More Choose Gift That Truly Keeps Giving

Bill Strathmann, chief executive of Network for Good, holds one of his group's
Bill Strathmann, chief executive of Network for Good, holds one of his group's "Good Cards," charity gift cards that can be applied to any of the 1.5 million registered charities in the United States. (By Bill O'leary -- The Washington Post)
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By Megan Greenwell
Washington Post Staff Writer
Friday, December 19, 2008

While holiday shoppers combed the aisles for the perfect gift, Janella Franklin agonized over whether a close friend would rather support the Nature Conservancy or the Denver Zoo. She had settled on a charitable donation as her friend's birthday present, but the options seemed endless. Finally, she turned to that time-tested fallback option: the gift card.

Long the exclusive domain of retail stores, gift cards are quickly becoming a major source of holiday donations to nonprofit groups. The Bethesda-based nonprofit Network for Good offers "Good Cards," which can be applied to any of the 1.5 million registered charities in the United States. The group sells 500 a day, a number chief executive Bill Strathmann expects to grow through the holidays.

Corporations are also getting into the game: The country's largest mutual fund, Fidelity Investments, began a program this month that allows clients' friends and family to donate to charity with e-mail gift certificates.

"This year, largely due to the economy and people's own money concerns, consumers are looking for ways to be thrifty and generous all at once," said Lucy Bernholz, president of Blueprint Research and Design, a philanthropy advisory firm that publishes a blog on the business of giving. That two-for-one desire has led to what she calls "good gifting," of which the cards are just one example.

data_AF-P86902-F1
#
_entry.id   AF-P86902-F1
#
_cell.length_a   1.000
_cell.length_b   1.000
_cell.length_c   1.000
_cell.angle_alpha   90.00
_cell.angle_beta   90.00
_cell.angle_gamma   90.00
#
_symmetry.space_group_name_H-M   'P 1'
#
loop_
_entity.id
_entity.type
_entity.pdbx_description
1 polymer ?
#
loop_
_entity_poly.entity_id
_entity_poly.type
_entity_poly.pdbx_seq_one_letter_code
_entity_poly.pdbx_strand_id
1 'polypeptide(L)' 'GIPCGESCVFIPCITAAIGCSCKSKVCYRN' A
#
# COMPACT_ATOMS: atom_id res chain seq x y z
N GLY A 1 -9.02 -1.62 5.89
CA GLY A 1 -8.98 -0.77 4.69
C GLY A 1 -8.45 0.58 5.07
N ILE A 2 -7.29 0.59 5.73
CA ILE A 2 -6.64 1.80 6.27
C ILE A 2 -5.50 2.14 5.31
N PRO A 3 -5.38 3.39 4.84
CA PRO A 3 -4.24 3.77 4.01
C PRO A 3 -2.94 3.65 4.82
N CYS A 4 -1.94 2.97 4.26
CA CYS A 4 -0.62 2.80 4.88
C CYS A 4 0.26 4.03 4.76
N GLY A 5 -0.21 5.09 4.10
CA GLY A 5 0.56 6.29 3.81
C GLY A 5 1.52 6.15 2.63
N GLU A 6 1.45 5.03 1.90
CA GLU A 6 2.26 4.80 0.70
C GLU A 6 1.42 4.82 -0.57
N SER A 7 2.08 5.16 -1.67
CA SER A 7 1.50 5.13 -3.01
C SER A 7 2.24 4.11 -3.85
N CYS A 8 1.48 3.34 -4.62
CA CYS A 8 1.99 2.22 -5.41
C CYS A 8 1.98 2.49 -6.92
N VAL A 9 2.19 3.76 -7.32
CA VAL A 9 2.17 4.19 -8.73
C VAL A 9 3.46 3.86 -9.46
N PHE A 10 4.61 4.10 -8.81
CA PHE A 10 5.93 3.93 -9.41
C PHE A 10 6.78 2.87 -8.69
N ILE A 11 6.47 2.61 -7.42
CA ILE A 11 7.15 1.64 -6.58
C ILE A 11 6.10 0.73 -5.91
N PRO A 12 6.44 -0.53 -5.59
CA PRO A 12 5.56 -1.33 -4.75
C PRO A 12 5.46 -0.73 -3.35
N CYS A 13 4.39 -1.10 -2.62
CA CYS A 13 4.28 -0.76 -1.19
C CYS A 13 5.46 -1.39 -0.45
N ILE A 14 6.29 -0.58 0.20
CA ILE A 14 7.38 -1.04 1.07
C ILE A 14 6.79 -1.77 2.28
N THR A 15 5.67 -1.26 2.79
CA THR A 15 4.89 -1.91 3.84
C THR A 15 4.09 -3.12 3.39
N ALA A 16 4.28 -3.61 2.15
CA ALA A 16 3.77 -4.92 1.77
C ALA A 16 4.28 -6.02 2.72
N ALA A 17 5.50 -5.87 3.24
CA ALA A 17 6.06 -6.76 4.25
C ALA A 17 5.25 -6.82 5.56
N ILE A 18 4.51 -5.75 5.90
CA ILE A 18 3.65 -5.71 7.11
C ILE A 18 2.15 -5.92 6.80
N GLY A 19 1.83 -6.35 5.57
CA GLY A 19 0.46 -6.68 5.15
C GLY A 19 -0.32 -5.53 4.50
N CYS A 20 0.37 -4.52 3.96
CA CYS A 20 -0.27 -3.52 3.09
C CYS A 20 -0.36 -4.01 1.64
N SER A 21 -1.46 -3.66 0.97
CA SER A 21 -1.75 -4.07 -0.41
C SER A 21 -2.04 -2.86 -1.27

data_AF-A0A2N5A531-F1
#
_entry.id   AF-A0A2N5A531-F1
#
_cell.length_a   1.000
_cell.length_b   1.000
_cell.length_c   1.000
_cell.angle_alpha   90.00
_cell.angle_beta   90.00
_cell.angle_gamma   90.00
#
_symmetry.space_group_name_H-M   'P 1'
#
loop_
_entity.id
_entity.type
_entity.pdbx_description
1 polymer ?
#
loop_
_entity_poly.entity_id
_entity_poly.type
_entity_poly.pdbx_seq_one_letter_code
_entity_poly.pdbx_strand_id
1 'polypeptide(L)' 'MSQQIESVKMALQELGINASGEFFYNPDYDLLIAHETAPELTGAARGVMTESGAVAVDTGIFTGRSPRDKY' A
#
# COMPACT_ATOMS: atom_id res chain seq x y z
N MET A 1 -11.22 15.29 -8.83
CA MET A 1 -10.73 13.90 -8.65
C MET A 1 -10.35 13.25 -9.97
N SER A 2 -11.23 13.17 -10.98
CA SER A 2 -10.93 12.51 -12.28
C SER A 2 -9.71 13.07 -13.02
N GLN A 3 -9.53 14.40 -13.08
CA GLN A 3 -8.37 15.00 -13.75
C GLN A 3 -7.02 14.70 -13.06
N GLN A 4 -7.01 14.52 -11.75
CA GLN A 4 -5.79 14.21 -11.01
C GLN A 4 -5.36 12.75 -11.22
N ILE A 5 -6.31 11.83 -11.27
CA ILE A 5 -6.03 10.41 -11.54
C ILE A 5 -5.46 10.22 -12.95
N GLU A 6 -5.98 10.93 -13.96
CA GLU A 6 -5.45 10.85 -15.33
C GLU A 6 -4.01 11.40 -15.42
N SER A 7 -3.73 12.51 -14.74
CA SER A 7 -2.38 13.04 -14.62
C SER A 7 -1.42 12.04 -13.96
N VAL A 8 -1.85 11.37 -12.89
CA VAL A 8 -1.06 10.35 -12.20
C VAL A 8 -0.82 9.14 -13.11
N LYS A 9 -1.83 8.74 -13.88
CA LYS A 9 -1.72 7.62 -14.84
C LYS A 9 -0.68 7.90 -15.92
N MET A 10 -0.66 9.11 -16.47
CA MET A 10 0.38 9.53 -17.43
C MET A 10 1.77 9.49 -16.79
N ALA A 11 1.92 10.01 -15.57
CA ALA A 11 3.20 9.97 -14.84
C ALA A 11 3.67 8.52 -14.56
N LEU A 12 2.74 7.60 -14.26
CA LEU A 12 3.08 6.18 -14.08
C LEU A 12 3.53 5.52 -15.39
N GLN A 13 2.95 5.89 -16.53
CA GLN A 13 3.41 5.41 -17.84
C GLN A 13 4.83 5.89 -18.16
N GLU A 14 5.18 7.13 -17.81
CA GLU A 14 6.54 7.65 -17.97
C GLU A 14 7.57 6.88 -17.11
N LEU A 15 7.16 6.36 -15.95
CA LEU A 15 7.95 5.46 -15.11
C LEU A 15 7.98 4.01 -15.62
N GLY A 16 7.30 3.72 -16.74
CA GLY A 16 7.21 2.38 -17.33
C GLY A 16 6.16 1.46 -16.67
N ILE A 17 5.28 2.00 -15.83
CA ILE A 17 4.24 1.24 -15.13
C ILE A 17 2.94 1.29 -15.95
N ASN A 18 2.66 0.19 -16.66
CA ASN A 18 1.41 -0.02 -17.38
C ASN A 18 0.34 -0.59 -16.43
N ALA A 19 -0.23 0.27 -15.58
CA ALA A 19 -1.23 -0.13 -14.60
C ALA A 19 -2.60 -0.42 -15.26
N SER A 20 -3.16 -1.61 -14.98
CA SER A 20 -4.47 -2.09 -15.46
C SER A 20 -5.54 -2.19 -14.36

The charitable gift cards aren't much different from their more established cousins in the retail sector, which are expected to account for $24.9 billion in holiday spending this year, according to the National Retail Federation. There is no comparable data for charitable gift cards.

The giver goes to one of at least half a dozen Web sites, pays a small transaction fee and chooses a recipient and gift amount.

Recipients receive either an e-mail or a plastic gift card directing them to the site, where they can browse different charities, then apply the gift to a favorite. The gift can be split among several groups. The system sends an e-mail to the gift-giver with information about where the recipient donated the money.

Pleased with her friend's reaction to the birthday gift, Franklin, a nonprofit development director who lives in Washington, bought charity gift cards for everyone on her Christmas list.

"With everything going on with the economy right now, I didn't want to give material gifts that wouldn't have meant anything to them," Franklin said. "I could bake them cookies or something, but this is a way to feel like they're giving back too."

In past years, "good gifting" generally has meant giving a donation in someone else's name, such as through Heifer International, which sends livestock to poor families around the world. Several umbrella nonprofit groups publish guides to other organizations that encourage donations as gifts.

The gift card program is a natural evolution of that idea.

"I feel like it's a little presumptuous to give in someone's name to a group that I choose; it could be a little awkward if you give it to someone who doesn't support that group," said Heidi Henry, who gave gift cards to her 25 classmates when they graduated from a master's program in nonprofit administration at Seattle University last week. "It's more personal than a gift card to a store because it actually aligns with something they care about."

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